Mental health is a state of well-being in which an individual realises his or her own potential, can cope with the normal stresses of life, can work productively and fruitfully, and is able to make a meaningful contribution to their community.
The environment where we work is a critical part of our mental wellbeing.
We can spend up to a third of our day or more at work and work can facilitate our journey to realising our potential, to be productive members of a team and to make a meaningful contribution to an organisation or a cause.
How can workplaces promote mental wellbeing?
Work gives structure to our lives, this includes work within our homes and outside of the home. Work gives us financial security and allows us to access resources we need for life and wellbeing.
Work can allow us to participate in purposeful and meaningful activities within our families and our community.
Having meaningful work to do is a significant part of maintaining mental wellbeing. The Japanese concept of ‘Ikigai’ suggests our work is most fulfilling if it involves us doing work that we are passionate about, work that we are competent at, work we can earn a living from and work we feel is meaningful and work that helps others in some way.
Work gives us a sense of personal worth and value.
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It forms part of our identity. We often define ourselves and introduce ourselves by what we do.
How can workplaces be harmful to our mental wellbeing?
Work environments however can be a source of stress that can affect physical and mental health. Workplaces that can be harmful to our mental health may have some of the following characteristics:
- High demand for results from workers but with little control over the work environment
- Work environments where expectations are ambiguous expectations
- Disrespectful and uncivil environments
- Work where one’s personality doesn’t fit the type of work one does (poor psychological ‘fit’)
- Work where there is limited opportunity to grow and develop as an individual
- Work where there is little or no recognition or reward
- Being overworked or not having enough work to do
- Poor connectedness to the work being done
- Poor work life balance and constantly having to choose work over family
- Work where one is exposed to bullying; harassment, unplanned or unnecessary changes and job insecurity
- Work where there is little or no psychological support or response to psychological distress
Work-related stress can result in burnout and exhaustion, depression, anxiety and substance misuse.
How can my mental state impact the workplace?
Globally, 15% of working-age adults live with a mental disorder.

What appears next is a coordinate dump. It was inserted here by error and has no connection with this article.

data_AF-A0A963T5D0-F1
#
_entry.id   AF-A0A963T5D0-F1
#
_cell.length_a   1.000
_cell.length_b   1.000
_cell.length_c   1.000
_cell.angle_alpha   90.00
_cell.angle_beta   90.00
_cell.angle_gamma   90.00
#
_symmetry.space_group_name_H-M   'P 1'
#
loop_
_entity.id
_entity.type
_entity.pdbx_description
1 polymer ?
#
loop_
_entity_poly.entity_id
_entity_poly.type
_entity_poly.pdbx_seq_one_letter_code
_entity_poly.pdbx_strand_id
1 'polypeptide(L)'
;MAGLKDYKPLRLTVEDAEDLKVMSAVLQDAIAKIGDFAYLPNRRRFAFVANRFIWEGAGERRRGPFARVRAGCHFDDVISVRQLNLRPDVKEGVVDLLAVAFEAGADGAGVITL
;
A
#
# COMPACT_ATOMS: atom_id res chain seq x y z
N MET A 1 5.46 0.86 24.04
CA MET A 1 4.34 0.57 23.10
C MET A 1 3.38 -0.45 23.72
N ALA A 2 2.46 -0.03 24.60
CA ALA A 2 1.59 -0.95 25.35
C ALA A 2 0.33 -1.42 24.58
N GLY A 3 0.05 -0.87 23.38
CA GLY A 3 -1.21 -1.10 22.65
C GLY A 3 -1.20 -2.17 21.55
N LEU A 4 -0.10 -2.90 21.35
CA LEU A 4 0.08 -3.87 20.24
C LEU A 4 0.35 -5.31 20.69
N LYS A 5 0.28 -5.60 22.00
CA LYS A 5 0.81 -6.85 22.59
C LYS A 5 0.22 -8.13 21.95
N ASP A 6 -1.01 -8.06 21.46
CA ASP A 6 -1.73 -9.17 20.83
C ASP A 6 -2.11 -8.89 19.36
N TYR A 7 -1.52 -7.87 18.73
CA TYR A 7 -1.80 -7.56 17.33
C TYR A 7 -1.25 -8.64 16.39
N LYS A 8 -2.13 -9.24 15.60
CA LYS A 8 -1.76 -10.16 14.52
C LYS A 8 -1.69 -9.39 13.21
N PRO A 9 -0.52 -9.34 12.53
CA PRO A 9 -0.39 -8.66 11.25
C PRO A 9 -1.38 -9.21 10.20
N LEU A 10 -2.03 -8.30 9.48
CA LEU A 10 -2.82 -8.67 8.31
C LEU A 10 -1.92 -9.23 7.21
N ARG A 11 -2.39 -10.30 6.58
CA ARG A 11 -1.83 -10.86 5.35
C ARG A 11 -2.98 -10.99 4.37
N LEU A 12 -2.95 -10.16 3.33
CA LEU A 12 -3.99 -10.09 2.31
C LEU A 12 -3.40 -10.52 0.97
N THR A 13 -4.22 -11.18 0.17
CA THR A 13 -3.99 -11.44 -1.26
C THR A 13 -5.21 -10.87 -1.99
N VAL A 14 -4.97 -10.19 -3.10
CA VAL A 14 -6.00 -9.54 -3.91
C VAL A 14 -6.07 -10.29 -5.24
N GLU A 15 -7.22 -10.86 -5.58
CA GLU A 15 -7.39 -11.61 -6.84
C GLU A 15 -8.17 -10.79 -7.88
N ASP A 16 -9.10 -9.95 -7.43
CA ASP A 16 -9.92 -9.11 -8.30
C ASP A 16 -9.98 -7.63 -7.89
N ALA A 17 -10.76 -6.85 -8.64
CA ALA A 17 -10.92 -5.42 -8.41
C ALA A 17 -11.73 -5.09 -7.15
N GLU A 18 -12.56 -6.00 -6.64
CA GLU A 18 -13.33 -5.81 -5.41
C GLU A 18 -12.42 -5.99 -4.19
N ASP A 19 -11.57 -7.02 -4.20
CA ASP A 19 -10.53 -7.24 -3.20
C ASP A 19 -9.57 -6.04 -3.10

Poor mental health can result in poor concentration, poor decision making, poor reaction times, increased risk of errors or accidents, poor quality of work or inconsistency, poor relations with co-workers and poor customer relations.
It has been found that more people are absent from work due to stress and anxiety than physical illness or injury.
More days of work are lost due to mental illness than from other chronic diseases like diabetes, arthritis or asthma.
Mental health problems result in lost days of work ultimately costing families, communities and organisations financially.
Common mental health problems particularly depression can also result in presentism (reduced productivity while at work).
The financial impact of presentism on an organization can be difficult to quantify but it is estimated that US$1 trillion worldwide is lost in productivity due to mental ill health and a significant proportion of these costs being due to ‘presenteeism’.
What can we do as a society and as a nation to support workplace mental wellbeing?
- Increase awareness about mental health issues to decrease stigma through access to educational material on mental health as well as regular workshops or training seminars on mental wellness
- Encourage open, fair organizational policies that provide opportunities for meaningful work with adequate reward, opportunities for team members to grow, promoting healthy work life balance and protection from work related psychological distress.
- Develop frameworks for workplaces to be opportunities for screening for and early detection of mental health challenges and structures for integrated psychological support.
- Invest in workplace mental wellbeing for the sake of both the team members and the organization.
If you think that you or someone you know may be struggling with a work related mental health problem, please contact your nearest health care provider and get help.
* Dr. Chido Rwafa-Madzvamutse is a consultant psychiatrist. Feedback: Whatsapp: +263714987729